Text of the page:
“Paint the back of the fence”

This quote is widely attributed to the late Steve Jobs’ father and was often used by Jobs to describe the care Apple devotes to all aspects of the design of its products. Some variation of “paint the back of the fence” has been spoken by many, including my grandfather to me when he talked about building furniture. Though in that context it was probably something like “finish the underside of the drawers.”

As communications strategists and designers, we need to pay attention to the back of the fence, the underside of the drawers and many other things and places people don’t normally look. It’s not just in case someone happens to sneak a peek, either.

Recently I washed our car. By hand, in the driveway, with a bucket and sponge. For some folks this is not an unusual act. For many others, however, the car wash might be the normal mode of cleaning – drive in, close the windows, put the car in neutral and sit back. Washing the car by hand made me realize how much I was missing. There were scratches and dents and dings I had never seen, as well as a loose hunk of plastic under the front bumper that I probably would never have noticed until it fell off.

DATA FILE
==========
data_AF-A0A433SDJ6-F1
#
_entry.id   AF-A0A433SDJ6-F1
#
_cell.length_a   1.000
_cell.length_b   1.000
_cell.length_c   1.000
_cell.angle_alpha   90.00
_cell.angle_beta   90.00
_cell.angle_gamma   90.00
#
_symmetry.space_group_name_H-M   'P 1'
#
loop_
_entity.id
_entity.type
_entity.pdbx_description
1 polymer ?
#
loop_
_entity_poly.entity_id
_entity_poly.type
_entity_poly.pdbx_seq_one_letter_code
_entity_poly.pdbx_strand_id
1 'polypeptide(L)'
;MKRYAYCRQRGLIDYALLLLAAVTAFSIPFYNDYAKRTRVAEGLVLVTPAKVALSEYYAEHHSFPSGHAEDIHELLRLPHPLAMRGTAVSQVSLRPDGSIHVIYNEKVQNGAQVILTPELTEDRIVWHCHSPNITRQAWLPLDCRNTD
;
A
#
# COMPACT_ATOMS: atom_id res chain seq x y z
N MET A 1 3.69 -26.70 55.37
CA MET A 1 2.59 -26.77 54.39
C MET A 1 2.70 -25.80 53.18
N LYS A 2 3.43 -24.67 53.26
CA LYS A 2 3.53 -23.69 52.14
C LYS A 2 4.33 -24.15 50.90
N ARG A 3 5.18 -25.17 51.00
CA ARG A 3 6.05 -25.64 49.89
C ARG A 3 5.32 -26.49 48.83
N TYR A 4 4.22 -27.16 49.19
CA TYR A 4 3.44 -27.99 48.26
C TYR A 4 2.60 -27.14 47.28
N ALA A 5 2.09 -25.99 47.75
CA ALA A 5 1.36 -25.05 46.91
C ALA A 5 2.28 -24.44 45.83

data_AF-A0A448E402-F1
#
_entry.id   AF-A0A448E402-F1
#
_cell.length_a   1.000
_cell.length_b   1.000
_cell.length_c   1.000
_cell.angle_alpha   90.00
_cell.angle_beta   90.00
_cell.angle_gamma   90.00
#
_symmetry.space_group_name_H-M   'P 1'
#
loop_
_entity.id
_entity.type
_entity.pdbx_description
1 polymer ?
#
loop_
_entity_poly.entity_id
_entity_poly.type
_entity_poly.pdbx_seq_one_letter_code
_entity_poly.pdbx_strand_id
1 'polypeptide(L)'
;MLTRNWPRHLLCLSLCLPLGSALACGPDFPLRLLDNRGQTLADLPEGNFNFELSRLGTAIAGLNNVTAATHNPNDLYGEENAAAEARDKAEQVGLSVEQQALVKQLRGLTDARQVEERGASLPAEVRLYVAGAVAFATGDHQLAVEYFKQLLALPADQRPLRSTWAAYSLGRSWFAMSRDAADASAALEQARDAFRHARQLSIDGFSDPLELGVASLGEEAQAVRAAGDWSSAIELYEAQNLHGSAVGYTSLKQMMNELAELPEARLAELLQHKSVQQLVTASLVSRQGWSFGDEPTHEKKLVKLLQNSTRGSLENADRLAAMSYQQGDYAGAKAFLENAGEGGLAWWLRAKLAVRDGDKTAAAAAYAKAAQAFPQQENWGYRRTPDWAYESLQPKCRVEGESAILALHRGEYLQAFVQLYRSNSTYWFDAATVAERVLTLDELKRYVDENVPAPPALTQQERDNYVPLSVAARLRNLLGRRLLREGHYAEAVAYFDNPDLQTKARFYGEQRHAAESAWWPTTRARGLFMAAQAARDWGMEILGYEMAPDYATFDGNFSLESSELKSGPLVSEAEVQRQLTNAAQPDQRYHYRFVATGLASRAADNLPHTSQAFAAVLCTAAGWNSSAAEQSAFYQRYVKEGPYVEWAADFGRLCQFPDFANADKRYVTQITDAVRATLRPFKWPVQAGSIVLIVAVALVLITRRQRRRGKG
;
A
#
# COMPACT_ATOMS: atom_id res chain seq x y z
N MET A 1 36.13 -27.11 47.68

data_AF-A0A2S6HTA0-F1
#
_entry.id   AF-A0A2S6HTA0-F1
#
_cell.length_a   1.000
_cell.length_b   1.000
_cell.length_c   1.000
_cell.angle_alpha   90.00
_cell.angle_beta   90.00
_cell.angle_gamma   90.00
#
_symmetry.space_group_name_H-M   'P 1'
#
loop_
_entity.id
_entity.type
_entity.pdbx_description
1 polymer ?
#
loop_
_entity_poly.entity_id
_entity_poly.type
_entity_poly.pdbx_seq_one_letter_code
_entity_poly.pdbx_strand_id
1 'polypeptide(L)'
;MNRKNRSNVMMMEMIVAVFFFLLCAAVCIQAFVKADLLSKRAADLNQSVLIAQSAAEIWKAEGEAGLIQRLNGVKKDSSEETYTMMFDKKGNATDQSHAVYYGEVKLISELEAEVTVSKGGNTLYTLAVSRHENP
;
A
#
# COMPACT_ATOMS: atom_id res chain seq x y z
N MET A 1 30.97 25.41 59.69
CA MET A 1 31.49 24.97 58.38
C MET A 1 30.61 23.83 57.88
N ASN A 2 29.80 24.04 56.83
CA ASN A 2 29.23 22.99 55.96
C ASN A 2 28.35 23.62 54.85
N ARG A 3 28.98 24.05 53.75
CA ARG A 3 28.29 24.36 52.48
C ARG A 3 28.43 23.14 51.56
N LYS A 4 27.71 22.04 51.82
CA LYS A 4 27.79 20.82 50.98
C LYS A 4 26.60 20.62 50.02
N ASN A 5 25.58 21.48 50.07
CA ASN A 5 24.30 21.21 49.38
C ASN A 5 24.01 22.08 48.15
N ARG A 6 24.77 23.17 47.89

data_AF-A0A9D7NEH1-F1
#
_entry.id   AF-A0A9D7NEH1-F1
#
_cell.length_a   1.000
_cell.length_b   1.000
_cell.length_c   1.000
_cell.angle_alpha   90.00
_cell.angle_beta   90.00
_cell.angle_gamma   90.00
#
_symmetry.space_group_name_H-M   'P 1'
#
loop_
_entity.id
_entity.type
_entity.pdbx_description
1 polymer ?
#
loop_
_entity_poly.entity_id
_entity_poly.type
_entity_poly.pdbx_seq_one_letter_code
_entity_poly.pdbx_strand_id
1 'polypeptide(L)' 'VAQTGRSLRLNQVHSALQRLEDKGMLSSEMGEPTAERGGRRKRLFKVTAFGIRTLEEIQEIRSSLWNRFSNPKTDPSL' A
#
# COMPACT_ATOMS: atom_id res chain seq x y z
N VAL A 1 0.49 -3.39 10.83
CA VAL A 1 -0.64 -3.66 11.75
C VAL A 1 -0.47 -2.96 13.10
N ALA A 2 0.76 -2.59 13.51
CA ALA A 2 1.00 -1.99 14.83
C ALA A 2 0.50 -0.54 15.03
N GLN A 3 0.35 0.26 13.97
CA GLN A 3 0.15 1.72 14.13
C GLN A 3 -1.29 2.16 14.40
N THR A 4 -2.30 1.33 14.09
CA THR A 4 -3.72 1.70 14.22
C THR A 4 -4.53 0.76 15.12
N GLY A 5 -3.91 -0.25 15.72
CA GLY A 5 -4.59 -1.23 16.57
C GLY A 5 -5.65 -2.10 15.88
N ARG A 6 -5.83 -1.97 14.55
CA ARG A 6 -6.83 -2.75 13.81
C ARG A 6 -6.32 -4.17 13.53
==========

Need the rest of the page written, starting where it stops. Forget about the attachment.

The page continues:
Paying attention to seemingly insignificant details in the world can reward us with not only potentially important information, but help us better understand things we sometimes take for granted or perhaps don’t even see at all.